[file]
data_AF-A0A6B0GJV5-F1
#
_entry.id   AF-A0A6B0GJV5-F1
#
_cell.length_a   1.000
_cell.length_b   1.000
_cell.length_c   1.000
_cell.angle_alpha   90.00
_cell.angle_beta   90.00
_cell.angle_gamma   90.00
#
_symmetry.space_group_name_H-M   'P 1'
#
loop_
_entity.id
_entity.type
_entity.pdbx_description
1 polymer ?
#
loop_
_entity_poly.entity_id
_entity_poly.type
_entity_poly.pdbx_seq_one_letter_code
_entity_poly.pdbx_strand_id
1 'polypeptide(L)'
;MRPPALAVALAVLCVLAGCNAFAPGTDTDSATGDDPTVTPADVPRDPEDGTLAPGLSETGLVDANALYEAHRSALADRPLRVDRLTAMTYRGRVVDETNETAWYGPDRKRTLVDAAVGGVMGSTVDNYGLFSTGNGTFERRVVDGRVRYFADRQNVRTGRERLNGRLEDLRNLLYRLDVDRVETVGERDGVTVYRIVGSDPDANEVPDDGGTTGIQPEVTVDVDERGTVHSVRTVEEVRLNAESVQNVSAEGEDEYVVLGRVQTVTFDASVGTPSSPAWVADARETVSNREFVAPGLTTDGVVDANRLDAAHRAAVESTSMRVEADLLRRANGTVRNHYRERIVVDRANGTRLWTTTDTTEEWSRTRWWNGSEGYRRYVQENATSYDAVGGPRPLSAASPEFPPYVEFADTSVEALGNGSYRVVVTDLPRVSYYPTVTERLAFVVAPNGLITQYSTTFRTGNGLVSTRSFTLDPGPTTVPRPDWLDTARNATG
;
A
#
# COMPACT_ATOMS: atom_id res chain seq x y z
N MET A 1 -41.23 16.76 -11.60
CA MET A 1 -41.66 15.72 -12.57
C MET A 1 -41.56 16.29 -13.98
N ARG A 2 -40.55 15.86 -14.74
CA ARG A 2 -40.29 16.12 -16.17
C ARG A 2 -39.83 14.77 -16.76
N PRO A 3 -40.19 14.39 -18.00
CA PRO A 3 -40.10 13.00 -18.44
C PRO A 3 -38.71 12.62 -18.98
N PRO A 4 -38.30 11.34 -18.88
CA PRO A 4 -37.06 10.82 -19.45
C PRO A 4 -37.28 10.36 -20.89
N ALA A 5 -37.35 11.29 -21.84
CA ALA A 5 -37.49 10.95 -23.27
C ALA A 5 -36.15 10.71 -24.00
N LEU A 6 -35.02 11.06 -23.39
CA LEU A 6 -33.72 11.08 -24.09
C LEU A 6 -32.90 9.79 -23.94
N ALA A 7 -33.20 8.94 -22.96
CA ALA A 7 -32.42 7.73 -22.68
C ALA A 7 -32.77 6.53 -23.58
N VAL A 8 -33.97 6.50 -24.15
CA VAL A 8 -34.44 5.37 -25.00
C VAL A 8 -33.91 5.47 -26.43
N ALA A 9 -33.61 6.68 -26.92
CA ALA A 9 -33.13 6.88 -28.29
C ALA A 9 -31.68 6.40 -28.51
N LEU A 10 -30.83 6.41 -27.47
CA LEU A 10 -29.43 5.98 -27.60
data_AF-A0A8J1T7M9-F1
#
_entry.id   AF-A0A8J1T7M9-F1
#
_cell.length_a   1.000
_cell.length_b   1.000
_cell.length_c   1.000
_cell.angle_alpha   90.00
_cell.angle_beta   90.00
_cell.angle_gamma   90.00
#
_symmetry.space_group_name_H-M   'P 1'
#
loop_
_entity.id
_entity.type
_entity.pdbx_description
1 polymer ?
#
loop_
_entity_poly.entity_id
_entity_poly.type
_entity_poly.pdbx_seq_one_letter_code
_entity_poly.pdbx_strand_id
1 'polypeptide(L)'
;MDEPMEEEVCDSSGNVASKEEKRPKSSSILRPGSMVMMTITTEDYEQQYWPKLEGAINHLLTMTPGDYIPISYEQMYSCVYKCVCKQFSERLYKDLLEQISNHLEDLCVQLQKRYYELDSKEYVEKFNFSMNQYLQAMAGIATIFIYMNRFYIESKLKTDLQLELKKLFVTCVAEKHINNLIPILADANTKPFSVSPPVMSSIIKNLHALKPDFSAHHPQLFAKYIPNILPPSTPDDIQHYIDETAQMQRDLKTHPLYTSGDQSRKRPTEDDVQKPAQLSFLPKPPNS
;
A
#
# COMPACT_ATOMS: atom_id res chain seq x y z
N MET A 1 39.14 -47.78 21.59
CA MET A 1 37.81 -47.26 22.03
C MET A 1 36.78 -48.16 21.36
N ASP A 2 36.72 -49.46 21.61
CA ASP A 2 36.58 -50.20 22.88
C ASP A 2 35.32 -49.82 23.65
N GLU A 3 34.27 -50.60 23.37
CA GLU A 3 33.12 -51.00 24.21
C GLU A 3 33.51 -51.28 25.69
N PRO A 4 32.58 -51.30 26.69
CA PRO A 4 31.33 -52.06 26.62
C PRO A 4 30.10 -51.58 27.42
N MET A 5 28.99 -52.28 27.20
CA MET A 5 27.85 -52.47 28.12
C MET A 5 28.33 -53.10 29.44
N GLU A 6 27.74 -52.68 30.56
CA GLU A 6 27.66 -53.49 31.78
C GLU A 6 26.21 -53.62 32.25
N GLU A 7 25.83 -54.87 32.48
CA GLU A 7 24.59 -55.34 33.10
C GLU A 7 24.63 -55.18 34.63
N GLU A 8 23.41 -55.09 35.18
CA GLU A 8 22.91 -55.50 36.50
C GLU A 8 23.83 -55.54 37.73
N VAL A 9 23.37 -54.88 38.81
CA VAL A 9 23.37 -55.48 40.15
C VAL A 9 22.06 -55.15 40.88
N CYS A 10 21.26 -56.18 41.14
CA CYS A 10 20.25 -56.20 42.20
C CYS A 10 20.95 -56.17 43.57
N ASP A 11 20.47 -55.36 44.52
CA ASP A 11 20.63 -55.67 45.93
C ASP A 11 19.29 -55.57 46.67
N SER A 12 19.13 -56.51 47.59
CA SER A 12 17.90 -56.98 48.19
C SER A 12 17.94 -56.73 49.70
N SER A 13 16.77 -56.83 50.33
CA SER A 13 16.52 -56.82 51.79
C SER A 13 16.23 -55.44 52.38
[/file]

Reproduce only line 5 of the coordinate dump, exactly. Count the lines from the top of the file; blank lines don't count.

_cell.length_a   1.000